Saskatchewan has a thriving community of Indigenous athletes who compete across the country and around the globe.
Throughout June, which is recognized as National Indigenous History Month in Canada, Sask Sport will be recognizing the rich sport history and athletic achievements of Indigenous Peoples across the province.
Follow along with us every Wednesday in June for articles, resources, and information that celebrate Indigenous History Month through the eyes of sport.
Sask Sport and its partner organizations assist in the delivery of several programs designed to encourage Indigenous participation in sport throughout the year. These programs include the Indigenous Coaches and Officials Program, Indigenous Community Sport Development Grant Program, Indigenous Sport Enhancement Program, Indigenous Sport Leadership Council, Team Saskatchewan travel to the North American Indigenous Games, the Tribal Council and First Nations Coordinator Program and the Aboriginal Apprentice Coach Program.
For the past 16 years the Indigenous Coaches and Officials Program (ICOP) has helped provide training and development opportunities across Saskatchewan for Indigenous Peoples to become engaged more involved in sport as a coach or an official. The program was launched in 2007 and intended to run only until 2009, but became a permanent fixture due to the ongoing demand for training. ICOP participants take part in NCCP Community Sport, Competition and Instruction modules, Aboriginal Coaching Modules, NCCP sport-specific clinics and officials clinics. Today the program remains available free of charge and, as of June 2022, over 7,800 coaches and officials had participated. The program believes that every athlete deserves a quality trained coach.
The Indigenous Community Sport Development Grant Program aims to provide greater sport participation opportunities for Indigenous youth in Saskatchewan, by supporting development and implementation of community sport programs. Eligible communities can access the grant program, which receives additional funding from Sport Canada Aboriginal Participation and the Sask Lotteries Trust Fund for Sport, Culture and Recreation. This program is delivered in partnership with the Districts for Sport, Culture and Recreation. To find out more please connect with your local District.
The Indigenous Sport Enhancement Program is committed to helping raise the performance level of Indigenous athletes in sport and increasing the capacity of Indigenous coaches, officials and volunteers. The program is aimed at developing and preparing athletes for major competitions and multi-sport games, with a focus on the North American Indigenous Games. It is also designed to support year-round, high-intensity individual and sport-specific training programs devoted to skill and fitness development and competition-specific training. Delivered in partnership with Provincial Sport Organizations and Indigenous leaders the program sees more than 3,500 athletes participate in a variety of sport development opportunities.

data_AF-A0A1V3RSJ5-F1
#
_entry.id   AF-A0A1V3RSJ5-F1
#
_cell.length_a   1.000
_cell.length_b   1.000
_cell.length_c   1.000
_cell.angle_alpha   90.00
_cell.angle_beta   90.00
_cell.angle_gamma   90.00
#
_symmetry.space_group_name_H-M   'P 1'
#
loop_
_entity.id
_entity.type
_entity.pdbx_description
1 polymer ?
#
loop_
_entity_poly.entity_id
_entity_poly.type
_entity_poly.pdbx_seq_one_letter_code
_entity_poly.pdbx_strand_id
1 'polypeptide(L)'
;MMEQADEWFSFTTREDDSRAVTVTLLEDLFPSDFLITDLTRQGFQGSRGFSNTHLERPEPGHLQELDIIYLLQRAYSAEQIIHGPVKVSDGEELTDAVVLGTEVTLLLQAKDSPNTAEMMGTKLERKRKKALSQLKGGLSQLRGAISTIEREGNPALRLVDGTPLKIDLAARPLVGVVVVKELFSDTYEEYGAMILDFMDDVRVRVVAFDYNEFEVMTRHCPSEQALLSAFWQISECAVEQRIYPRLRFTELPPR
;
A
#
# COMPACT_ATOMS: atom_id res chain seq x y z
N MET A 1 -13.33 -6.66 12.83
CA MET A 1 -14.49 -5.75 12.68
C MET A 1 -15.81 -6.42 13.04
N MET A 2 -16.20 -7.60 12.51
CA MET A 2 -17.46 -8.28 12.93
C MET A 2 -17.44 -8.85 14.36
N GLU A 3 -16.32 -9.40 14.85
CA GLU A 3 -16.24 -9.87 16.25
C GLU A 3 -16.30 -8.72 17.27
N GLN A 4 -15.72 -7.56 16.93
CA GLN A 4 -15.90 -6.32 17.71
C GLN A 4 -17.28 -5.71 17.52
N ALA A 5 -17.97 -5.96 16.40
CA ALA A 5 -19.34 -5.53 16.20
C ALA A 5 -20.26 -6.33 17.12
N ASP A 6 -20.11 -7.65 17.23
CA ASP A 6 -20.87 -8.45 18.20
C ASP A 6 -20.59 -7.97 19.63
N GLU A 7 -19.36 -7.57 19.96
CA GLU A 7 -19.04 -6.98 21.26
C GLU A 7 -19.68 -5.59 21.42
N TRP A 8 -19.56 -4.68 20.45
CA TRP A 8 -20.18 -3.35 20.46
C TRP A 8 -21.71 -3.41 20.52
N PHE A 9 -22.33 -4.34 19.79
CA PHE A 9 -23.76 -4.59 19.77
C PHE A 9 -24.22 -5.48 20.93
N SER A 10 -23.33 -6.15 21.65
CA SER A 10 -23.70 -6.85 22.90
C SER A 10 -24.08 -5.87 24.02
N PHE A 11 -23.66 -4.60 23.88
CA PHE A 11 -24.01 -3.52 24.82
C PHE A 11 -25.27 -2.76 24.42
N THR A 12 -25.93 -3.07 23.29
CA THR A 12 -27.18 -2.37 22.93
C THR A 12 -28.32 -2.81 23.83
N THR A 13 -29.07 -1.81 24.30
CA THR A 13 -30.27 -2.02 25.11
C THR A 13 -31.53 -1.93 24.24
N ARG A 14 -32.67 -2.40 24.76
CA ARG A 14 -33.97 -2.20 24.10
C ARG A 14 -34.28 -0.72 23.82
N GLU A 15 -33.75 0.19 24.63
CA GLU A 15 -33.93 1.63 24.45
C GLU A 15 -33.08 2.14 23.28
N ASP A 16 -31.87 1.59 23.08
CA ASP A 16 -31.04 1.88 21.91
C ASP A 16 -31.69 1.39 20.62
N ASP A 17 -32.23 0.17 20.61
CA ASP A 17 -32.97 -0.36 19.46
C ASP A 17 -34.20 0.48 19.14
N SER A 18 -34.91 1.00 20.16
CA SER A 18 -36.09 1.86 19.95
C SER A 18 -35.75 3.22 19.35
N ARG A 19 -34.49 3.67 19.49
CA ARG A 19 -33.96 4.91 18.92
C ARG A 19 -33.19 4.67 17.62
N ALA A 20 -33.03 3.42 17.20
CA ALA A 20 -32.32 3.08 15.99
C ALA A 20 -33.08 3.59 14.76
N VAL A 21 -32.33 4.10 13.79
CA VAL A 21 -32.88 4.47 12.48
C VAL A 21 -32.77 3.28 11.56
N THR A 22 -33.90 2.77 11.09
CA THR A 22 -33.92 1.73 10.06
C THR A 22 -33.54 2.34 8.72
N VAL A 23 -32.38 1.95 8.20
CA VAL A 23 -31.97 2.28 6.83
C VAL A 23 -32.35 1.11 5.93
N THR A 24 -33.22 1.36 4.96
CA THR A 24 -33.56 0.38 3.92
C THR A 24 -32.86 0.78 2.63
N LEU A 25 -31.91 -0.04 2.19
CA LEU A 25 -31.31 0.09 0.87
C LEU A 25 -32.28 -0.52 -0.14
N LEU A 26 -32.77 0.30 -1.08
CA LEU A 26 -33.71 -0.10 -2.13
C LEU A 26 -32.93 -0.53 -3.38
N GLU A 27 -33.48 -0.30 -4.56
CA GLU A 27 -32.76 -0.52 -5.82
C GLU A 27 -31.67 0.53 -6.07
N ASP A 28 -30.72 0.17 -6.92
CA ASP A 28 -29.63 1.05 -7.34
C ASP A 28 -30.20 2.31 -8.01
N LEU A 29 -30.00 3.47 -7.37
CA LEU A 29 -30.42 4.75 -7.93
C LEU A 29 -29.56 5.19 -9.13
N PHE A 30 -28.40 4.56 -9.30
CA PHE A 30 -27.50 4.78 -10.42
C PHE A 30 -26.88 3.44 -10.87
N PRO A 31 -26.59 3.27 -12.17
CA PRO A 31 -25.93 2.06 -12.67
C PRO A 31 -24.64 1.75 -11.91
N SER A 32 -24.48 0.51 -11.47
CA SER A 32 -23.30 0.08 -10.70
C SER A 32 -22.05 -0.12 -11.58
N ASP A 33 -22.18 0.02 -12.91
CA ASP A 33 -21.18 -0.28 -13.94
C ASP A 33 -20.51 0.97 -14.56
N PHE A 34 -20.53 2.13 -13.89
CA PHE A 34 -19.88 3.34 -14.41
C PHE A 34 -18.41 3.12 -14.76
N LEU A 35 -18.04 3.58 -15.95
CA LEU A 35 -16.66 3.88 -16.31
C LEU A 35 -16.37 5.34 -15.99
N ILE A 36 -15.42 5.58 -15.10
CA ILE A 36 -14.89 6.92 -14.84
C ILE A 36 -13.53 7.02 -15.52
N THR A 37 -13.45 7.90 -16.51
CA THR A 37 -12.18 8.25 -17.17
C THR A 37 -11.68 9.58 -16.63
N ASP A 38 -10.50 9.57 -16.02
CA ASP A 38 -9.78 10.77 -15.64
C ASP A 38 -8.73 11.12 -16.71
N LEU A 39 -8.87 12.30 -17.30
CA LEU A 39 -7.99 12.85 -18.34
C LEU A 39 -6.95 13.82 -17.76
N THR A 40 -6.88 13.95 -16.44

This volunteer-driven, 12-member committee provides advice and assists the Sask Sport Board of Directors with strategic direction regarding Indigenous engagement and participation in sport throughout Saskatchewan. The council is supported by Sask Sport in partnership with the Federation of Sovereign Indigenous Nations and Métis Nation Saskatchewan.
Team Saskatchewan North American Indigenous Games support
In the words of the inaugural event’s chairperson, Charles Wood, the North American Indigenous Games were founded to provide a place where “young Aboriginal people could come together to excel in their athletic field of endeavour and to come together to do other things: to make new friendships, to renew old ones, and so on.” The first Games were held at Edmonton in 1990, with this year’s event — the 10th in NAIG’s history — scheduled for July 15-23 in Nova Scotia. Host communities include Kjipuktuk (Halifax), Dartmouth and Millbrook First Nation. Saskatchewan has hosted NAIG twice, at Prince Albert in 1993 and Regina in 2014, and has won the overall medal count six times through NAIG’s first nine events.
The Tribal Council and First Nations Sport, Culture and Recreation Coordinator Program supports grassroots development and quality of life in 74 First Nations communities by increasing access to and participation in sport, culture and recreation activities. It also supports team development for the Tony Cote Summer and Winter Games — annually supporting the participation of approximately 3,500 athletes, coaches and volunteers.
The Aboriginal Apprentice Coach Program is a partnership between the Aboriginal Sport Circle, the Provincial/Territorial Coaching Representatives, the Canada Games Council and the Coaching Association of Canada. The program provides the opportunity for each province and territory to send two coaches of Indigenous ancestry to the Canada Games in apprenticeship roles. The program provides an opportunity for the apprentices to gain new skills, as well as bring value and additional perspective to the sports and teams they are a part of.